You either avoid Sultai, or you play long enough to see yourself become Sultai. One of the better color combinations for using the graveyard and ETB triggers, Sultai decks are one of the more attractive options when it comes to using fetchlands. Muldrotha, the Gravetide can play a land from the graveyard each turn, while Yarok doubles up landfall triggers. Tasigur, meanwhile, wants a full graveyard in order to take advantage of dredge.
Here’s the biggie: lands-matter decks. If you’ve never had the chance to play with fetches before now, you might have missed the opportunity to play with lands-matter commanders. Aside from the aforementioned Gitrog Monster, there are some really popular commanders on this list. The key to building any of these commanders is to have a strong game plan and make sure you’re building toward it. Though cards like Constant Mists and Spore Frog are devilishly tempting, make sure you’re not dragging the game out longer than necessary. Whether you’re playing these commanders, any flavor of Omnath, or even mono-blue Cosima, God of the Voyage, they all benefit from fetchlands.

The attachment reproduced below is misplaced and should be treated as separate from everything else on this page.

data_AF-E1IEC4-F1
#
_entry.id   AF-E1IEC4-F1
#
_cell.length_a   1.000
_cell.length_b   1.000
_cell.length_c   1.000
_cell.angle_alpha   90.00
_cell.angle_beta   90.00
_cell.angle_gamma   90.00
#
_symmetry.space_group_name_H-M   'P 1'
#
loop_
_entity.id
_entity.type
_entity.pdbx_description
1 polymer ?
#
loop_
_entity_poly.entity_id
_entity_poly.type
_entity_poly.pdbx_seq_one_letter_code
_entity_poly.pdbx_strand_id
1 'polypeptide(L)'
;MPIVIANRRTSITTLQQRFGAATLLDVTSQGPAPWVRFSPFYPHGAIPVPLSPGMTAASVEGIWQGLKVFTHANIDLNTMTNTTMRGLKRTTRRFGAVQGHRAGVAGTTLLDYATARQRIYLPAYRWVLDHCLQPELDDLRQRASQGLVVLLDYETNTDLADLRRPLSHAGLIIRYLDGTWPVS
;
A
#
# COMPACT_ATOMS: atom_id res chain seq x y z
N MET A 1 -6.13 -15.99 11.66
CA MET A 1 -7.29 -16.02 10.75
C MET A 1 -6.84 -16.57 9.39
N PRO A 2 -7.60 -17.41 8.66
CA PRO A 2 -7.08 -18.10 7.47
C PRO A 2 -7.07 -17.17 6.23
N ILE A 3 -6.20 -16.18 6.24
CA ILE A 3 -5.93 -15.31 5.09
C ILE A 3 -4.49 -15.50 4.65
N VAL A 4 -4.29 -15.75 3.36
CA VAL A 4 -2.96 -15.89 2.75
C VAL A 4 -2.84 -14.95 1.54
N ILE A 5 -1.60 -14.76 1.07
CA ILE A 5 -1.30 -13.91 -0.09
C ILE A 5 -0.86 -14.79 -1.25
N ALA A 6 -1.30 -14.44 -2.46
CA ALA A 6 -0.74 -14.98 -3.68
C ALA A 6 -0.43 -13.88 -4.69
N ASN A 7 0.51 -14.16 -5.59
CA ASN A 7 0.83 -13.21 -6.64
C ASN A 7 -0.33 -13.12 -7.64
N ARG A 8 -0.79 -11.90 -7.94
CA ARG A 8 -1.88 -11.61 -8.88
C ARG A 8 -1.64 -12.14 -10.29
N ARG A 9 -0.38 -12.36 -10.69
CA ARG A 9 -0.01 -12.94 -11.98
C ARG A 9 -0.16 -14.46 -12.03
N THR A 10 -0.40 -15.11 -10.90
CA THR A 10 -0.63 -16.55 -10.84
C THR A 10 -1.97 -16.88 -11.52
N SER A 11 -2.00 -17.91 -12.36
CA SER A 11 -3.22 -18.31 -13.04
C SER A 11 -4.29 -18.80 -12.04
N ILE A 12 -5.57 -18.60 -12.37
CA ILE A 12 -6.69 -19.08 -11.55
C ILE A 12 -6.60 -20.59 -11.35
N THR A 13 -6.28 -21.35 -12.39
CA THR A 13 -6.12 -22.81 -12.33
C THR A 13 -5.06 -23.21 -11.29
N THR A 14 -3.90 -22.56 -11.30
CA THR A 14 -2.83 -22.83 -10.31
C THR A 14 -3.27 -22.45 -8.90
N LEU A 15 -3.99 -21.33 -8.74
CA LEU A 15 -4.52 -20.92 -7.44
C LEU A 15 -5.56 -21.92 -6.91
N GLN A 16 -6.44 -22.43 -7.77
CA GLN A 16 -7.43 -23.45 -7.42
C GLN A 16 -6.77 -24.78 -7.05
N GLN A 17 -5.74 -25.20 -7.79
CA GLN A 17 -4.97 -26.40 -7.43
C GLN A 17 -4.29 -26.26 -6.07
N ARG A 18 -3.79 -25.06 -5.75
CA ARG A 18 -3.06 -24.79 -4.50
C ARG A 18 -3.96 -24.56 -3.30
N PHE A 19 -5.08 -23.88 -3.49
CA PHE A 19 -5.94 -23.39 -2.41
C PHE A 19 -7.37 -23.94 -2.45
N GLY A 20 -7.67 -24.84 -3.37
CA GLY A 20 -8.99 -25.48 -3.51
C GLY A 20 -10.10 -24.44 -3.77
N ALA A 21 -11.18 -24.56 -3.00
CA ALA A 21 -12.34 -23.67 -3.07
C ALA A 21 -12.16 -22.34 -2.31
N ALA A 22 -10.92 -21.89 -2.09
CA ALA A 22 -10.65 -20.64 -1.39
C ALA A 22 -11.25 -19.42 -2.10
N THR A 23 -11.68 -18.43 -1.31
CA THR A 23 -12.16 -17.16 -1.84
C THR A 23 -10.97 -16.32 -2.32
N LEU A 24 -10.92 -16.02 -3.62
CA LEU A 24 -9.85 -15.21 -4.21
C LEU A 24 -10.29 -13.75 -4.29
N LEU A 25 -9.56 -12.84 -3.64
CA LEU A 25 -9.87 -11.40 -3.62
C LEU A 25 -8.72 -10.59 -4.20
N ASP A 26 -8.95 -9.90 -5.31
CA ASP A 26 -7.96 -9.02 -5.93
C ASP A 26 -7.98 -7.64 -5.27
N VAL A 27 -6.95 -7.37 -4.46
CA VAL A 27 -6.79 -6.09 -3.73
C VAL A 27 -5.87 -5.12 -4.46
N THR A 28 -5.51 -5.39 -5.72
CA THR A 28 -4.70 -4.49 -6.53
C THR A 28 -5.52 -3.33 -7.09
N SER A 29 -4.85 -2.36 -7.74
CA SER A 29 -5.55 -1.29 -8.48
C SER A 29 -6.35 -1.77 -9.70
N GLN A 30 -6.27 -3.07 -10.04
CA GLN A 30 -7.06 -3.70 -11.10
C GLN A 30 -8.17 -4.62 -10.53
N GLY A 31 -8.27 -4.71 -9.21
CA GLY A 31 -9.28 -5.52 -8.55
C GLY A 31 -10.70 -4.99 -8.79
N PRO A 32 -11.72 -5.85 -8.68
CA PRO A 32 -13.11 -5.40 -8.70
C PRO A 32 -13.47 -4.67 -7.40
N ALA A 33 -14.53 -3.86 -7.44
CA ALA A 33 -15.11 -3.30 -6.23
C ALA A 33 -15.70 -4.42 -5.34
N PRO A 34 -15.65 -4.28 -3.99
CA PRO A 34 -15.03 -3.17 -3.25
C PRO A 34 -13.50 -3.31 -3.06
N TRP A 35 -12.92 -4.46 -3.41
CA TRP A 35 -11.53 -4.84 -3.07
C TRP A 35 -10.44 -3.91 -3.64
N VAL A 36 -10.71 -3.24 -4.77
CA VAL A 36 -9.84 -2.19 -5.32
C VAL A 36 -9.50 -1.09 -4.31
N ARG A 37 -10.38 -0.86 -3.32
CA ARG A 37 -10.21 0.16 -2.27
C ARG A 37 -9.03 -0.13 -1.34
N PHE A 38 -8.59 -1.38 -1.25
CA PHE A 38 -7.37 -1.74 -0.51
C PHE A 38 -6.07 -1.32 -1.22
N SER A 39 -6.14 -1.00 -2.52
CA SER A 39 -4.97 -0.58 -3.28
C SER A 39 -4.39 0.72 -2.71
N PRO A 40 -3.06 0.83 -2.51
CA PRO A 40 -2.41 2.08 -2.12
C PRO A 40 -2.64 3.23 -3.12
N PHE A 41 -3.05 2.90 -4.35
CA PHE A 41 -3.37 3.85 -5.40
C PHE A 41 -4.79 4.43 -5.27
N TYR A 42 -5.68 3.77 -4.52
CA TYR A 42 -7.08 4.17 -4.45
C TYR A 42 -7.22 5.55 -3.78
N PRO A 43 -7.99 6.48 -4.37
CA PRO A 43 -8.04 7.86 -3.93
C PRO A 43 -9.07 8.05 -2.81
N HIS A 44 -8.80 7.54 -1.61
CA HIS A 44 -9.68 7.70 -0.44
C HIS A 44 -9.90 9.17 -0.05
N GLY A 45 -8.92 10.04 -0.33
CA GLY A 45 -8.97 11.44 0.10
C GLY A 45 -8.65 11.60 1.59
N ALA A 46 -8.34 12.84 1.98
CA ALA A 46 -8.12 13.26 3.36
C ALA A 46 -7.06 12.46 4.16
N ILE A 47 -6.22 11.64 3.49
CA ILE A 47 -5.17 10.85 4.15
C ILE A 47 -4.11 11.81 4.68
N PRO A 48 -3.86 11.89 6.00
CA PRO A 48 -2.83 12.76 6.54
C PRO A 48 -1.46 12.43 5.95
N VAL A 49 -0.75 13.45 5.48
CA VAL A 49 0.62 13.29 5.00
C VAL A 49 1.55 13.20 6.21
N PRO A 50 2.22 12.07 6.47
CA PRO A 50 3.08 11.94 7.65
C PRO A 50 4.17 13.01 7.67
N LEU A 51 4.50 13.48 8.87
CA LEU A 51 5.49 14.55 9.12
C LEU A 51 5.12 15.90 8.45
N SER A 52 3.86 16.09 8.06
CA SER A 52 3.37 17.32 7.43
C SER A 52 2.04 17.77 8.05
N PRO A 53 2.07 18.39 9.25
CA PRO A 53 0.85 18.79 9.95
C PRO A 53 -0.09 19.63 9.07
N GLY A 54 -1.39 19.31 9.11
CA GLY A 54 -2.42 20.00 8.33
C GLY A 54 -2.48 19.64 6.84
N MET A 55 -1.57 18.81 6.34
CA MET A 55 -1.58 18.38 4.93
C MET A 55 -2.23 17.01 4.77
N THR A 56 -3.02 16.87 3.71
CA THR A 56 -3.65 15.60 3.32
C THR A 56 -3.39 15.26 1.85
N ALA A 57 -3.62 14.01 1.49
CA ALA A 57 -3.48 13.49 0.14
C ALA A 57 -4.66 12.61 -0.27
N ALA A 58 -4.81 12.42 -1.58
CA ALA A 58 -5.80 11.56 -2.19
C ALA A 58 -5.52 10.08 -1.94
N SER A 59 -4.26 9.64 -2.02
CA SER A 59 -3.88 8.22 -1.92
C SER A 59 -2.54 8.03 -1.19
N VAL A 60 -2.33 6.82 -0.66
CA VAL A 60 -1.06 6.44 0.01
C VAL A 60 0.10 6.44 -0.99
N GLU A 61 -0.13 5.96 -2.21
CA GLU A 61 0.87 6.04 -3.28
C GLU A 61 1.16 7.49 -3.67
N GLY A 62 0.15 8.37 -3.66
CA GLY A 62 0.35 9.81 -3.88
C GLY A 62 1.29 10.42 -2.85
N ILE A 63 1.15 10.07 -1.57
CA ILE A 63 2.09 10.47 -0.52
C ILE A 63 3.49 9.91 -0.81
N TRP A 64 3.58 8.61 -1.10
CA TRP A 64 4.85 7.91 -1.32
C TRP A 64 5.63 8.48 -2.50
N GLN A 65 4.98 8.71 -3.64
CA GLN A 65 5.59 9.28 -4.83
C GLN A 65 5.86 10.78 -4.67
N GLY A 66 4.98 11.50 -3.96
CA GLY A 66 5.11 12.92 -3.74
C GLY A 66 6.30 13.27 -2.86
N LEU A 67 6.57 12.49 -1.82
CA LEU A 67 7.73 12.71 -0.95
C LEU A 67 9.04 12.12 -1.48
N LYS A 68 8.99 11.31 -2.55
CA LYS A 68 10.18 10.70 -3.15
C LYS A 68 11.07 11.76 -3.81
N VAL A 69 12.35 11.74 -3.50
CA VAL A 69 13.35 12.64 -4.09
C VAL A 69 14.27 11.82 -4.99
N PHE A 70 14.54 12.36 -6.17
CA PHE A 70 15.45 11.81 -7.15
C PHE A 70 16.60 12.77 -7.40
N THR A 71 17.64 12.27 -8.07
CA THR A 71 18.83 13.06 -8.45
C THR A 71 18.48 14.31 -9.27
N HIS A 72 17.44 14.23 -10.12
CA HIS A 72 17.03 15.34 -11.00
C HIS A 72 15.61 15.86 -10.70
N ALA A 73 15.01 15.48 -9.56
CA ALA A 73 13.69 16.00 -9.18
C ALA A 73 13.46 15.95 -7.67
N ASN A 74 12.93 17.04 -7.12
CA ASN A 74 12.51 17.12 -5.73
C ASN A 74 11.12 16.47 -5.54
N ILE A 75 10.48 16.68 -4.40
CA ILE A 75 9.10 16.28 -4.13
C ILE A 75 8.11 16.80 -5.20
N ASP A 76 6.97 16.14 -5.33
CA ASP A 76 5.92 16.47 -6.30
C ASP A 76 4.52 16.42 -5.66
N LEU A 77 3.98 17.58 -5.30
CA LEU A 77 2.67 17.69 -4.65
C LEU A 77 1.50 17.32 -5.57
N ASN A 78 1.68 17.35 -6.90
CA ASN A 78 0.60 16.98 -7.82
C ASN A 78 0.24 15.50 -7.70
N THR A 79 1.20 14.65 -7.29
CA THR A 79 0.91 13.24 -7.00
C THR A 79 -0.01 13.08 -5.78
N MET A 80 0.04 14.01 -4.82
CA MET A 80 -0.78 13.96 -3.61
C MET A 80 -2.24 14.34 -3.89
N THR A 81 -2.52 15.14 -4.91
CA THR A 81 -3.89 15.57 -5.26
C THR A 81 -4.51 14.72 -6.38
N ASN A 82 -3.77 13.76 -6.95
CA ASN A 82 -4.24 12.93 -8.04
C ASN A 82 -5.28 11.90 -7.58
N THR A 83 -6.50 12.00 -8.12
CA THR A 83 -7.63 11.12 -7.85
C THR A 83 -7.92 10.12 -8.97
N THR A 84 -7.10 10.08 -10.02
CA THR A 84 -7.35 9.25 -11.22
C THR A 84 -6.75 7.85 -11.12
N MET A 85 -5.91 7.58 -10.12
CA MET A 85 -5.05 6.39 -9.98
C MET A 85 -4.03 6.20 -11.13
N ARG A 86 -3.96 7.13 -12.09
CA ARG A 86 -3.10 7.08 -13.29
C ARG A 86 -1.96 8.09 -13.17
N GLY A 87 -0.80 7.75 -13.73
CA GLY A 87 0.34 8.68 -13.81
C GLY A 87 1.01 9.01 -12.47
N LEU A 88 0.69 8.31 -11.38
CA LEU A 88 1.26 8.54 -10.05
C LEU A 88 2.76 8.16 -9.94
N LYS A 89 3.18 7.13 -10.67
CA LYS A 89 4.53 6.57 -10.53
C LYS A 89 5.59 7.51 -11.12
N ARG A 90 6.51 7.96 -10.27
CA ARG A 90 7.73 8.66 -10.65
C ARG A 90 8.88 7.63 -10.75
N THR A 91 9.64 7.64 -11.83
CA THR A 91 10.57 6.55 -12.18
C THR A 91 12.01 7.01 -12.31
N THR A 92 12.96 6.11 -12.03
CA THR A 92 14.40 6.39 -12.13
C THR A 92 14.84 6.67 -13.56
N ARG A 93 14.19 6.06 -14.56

Even having played the game for years now, there’s a certain something in the air to get excited about when fetchlands see a reprint. I can still remember the trash pile Gitrog deck I built back when my collection was small, and I had no way to get my hands on the right lands for the deck. Fetchlands are by no means necessary to play Commander, but they’ll help you build synergy into certain archetypes, refine your build for high power tables, and unlock the potential of a lands-matter deck. Let me know on Twitter if you’re building something new from Modern Horizons 2!
Kristen is Card Kingdom’s Head Writer, and member of the Commander Advisory Group. Formerly a competitive Pokémon TCG grinder, she has been playing Magic since Shadows Over Innistrad, which in her opinion, was a great set to start with. When she’s not taking names with Equipment and Aggro strategies in Commander, she loves to play any form of Limited.